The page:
Collaboration as a Vehicle for Critical Inquiry & Engagement in Literacies (Part 4 of 4)

How does collaboration promote critical inquiry and engagement in literacies for educators and students? This is the common question introduced in my first blog post of this series, which connects three practitioner spotlights (parts 2 thru 4 of the series). The spotlights read like an interview with questions and responses. In the part 2 post, readers were introduced to Karen Martin of Denali Borough School District in Alaska. In the part 3 post, readers were introduced to Ayana Bass, a Rhode Island Elementary, Special Education certified educator and Education Partner at The Equity Institute.

This week, the fourth and final post of this series, I’m honored to introduce you to Jalyn Alves. Jalyn is a first-year kindergarten teacher in East Providence, Rhode Island. Check out her full bio below! 

Describe a collaborative activity/model/design that you have been involved in or led that was connected to literacies.

As a first-year teacher, one of the first questions that I asked when applying for teaching positions was along the lines of:  “How will you support me as a first year teacher?” When I received an email about the Rhode Island Department of Education’s (RIDE) Beginning Educator Professional Learning Network (BE-PLN), I immediately jumped at the opportunity because I knew that in order to grow as an educator, I would need the support of those in the same shoes as me. In the BE-PLN, I was grouped with other early childhood educators. We met in our sub-group during BE-PLN sessions, and also on our own, and having this dedicated time for collaboration made a world of difference for me. I teach kindergarten, and it’s very common to participate in professional development or conferences that don’t relate well to the teaching and learning happening each and every day with my students. Our school utilizes a literacy-heavy curriculum, and participating in BE-PLN sessions allowed me to dig deeper to think about how I can encourage and support higher-order thinking for and with my kindergarteners.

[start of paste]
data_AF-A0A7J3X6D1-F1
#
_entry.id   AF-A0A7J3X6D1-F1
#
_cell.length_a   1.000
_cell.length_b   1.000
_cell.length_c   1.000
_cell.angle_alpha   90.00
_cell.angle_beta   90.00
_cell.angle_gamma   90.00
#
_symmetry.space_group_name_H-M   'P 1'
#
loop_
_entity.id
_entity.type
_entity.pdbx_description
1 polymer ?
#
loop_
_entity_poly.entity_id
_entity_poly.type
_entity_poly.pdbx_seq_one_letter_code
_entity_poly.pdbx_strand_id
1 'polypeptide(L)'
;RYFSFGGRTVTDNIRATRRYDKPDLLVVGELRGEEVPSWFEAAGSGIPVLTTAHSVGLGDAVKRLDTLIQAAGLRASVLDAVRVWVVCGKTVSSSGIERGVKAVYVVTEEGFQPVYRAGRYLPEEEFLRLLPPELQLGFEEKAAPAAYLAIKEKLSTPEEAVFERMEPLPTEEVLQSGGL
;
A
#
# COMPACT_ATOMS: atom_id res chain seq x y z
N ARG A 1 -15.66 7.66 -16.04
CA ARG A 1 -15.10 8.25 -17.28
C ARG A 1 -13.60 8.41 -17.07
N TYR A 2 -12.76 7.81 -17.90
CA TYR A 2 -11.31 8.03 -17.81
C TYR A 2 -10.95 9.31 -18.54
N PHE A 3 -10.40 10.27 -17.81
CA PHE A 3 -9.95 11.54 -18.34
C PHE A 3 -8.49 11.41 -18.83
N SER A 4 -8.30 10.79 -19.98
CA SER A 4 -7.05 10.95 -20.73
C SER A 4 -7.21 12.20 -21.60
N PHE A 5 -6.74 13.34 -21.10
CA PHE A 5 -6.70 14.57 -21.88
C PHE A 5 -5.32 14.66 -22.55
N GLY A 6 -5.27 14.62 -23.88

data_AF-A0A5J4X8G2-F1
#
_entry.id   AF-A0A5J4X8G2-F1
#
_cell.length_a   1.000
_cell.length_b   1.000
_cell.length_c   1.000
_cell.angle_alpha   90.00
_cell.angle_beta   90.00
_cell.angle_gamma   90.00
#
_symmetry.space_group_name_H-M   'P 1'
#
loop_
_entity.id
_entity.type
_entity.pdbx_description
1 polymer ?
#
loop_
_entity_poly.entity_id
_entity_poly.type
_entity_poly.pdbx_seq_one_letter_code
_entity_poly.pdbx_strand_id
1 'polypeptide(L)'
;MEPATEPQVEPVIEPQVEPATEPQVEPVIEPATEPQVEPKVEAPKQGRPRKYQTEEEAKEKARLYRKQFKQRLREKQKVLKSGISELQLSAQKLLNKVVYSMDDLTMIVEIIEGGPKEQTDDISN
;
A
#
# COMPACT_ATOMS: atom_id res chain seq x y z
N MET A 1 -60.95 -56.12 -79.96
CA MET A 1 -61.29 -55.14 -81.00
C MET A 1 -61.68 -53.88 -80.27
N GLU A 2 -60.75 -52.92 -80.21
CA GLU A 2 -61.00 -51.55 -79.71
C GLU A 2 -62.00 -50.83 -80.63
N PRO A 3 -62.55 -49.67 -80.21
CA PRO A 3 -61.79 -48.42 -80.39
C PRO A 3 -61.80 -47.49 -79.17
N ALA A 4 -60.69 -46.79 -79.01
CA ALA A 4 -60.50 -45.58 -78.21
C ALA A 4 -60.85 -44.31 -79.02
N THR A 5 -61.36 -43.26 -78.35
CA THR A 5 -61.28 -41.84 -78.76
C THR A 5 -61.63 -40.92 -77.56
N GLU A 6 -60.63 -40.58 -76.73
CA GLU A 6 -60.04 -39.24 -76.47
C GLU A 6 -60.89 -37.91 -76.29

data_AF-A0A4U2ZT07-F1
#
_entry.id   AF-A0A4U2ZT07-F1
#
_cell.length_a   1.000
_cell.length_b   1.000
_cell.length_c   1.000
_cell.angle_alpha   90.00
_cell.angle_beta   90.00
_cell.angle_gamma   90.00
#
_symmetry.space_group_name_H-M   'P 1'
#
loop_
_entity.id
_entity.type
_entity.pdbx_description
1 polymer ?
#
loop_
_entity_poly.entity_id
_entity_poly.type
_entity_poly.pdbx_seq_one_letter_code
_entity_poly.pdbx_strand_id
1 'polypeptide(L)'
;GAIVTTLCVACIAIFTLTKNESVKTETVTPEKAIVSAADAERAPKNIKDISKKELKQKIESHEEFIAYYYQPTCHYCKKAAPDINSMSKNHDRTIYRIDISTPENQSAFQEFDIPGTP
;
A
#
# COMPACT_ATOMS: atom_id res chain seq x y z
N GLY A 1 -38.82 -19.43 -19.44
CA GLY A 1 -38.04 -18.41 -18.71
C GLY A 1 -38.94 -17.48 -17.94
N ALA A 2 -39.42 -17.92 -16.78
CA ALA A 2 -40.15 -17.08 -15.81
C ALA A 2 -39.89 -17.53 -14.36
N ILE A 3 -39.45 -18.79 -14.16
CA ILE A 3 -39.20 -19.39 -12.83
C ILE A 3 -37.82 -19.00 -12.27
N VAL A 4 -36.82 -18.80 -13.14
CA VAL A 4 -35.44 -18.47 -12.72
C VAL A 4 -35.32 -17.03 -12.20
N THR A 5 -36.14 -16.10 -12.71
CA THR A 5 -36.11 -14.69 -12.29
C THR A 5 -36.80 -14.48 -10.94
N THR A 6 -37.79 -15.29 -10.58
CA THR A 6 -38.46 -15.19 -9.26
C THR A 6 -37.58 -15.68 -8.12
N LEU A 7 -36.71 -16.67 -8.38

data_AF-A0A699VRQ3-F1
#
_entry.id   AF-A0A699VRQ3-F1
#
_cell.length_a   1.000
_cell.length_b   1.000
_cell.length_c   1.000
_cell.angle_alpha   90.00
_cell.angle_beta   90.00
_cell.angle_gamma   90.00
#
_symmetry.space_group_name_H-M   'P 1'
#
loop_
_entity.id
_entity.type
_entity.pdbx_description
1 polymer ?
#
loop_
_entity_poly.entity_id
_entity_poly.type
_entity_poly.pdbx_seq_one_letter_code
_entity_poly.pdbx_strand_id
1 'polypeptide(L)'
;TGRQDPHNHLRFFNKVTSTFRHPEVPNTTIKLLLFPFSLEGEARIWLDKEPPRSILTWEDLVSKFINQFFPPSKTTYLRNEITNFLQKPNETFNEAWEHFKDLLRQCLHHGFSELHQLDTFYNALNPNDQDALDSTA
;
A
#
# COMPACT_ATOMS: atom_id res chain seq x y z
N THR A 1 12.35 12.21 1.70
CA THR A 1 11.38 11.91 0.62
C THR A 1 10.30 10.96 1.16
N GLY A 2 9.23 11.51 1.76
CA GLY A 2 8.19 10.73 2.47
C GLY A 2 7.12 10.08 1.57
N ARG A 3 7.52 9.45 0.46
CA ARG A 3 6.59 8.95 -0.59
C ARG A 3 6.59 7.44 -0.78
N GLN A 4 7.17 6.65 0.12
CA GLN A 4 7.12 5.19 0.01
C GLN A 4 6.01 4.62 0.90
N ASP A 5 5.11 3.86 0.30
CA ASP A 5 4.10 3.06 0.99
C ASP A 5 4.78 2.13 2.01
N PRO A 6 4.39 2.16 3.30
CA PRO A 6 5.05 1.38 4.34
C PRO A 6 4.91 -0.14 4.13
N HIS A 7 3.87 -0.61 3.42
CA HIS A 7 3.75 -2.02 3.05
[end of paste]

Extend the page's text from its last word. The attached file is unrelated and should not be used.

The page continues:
How did collaborating help you to grow as an educator?

Throughout this past academic year, it has been a blessing to be able to learn from and with the knowledge and experience of the seasoned Rhode Island District Teachers of the Year (DTOYs) who joined us, as well as the keynote speakers. Having the opportunity to collaborate with them alongside first-year teachers in RI was an experience that I feel all first-year teachers should take advantage of. Participating in the BE-PLN helped to build my confidence as an educator because I was excited to share my successes, but I was also comfortable enough to seek out advice, especially from the DTOYs. Being able to collaborate with other early childhood educators was key for me, as it’s not often that the opportunity arises when you get to work (virtually) alongside other educators doing similar work, especially when navigating the challenges of COVID-19. Knowing that I had a group that understood me, and that I had an understanding of them, made all the difference in building trust and supporting one another through shared inquiry. Not only were we all first-year teachers, but we were first-year teachers during a pandemic. Tears were shed and heads were nodded in support because we understood each other and our situations. We shared our stressors, but we also shared our ideas and successes.

How did collaborating benefit your students and their literacy learning?